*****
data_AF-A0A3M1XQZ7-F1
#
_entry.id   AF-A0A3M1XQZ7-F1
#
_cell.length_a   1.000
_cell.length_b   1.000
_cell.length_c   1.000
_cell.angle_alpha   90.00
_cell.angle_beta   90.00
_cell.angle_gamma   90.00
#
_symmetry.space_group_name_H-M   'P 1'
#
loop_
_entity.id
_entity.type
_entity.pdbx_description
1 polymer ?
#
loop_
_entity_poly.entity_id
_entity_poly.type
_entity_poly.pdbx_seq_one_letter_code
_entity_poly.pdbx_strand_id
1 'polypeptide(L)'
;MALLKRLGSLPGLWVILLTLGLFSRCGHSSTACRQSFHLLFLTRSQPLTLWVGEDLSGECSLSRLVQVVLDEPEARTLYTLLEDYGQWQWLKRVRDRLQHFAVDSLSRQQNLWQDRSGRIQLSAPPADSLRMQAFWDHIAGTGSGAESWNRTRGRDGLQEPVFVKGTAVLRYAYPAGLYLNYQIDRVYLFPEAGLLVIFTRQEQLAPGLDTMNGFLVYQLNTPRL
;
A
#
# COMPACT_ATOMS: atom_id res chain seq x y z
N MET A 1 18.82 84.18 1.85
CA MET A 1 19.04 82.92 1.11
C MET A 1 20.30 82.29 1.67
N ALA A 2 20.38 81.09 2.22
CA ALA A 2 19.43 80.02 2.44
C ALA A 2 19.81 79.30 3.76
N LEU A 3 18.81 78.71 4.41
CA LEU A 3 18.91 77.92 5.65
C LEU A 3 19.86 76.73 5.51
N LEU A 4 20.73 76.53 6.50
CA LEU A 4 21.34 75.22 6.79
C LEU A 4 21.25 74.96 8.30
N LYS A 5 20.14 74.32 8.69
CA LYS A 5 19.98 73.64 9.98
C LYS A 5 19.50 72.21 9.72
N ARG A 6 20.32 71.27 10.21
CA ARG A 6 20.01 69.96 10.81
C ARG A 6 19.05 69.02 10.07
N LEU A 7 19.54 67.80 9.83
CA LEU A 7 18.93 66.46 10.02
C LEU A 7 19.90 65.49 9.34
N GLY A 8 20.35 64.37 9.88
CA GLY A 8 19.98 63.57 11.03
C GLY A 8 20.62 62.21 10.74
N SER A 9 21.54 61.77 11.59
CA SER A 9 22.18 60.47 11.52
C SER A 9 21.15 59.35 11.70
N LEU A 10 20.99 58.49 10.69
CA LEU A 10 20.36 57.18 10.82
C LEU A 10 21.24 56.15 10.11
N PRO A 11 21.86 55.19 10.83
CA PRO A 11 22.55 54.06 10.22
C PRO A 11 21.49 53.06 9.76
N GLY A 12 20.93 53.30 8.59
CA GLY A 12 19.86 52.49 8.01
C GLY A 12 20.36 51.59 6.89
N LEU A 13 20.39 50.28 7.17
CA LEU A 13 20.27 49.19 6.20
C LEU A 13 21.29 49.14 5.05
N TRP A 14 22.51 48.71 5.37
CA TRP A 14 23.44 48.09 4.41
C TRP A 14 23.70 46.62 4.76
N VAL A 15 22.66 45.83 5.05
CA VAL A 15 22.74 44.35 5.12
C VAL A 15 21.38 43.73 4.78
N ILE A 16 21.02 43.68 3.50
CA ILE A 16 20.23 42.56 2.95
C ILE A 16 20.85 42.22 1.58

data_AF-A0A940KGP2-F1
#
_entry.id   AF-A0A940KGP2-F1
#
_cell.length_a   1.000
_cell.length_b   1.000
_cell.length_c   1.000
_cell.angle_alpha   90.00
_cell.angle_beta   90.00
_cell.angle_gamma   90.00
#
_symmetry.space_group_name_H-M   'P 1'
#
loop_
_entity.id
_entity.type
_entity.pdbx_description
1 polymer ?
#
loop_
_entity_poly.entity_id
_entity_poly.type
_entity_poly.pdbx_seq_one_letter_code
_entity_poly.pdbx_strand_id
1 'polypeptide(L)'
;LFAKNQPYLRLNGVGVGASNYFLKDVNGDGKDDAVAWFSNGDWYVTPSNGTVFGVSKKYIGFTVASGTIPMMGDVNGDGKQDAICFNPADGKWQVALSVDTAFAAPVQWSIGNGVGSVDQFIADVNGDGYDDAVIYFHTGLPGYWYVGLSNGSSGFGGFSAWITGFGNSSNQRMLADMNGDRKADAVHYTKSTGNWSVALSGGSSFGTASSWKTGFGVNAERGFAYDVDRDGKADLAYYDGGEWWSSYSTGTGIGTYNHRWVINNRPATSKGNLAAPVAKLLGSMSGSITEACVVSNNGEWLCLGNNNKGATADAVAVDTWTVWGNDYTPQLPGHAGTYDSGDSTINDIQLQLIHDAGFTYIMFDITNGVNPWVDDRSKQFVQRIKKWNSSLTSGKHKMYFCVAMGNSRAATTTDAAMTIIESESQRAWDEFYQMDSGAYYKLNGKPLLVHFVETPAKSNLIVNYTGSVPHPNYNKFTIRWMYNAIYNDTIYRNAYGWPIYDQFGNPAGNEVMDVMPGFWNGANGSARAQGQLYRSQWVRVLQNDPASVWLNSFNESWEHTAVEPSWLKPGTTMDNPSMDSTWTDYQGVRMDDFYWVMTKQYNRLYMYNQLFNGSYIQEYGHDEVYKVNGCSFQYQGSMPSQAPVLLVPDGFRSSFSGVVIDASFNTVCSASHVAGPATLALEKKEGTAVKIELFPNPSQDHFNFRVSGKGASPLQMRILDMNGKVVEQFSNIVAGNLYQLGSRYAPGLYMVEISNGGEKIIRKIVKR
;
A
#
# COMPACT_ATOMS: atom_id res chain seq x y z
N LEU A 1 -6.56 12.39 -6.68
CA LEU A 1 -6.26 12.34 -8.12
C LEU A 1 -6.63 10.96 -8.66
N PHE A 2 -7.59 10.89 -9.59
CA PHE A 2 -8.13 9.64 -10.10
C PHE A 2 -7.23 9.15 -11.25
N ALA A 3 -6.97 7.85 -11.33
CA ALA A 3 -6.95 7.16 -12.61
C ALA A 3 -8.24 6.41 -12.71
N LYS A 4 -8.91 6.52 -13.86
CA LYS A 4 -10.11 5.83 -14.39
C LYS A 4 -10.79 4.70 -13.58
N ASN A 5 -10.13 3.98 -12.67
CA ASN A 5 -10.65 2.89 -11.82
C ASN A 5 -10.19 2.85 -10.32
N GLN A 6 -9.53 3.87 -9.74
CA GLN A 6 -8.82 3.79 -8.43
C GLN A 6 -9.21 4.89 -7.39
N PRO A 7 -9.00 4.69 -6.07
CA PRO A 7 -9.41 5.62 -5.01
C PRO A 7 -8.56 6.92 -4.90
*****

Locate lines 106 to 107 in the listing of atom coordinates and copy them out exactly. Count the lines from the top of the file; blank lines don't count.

A
#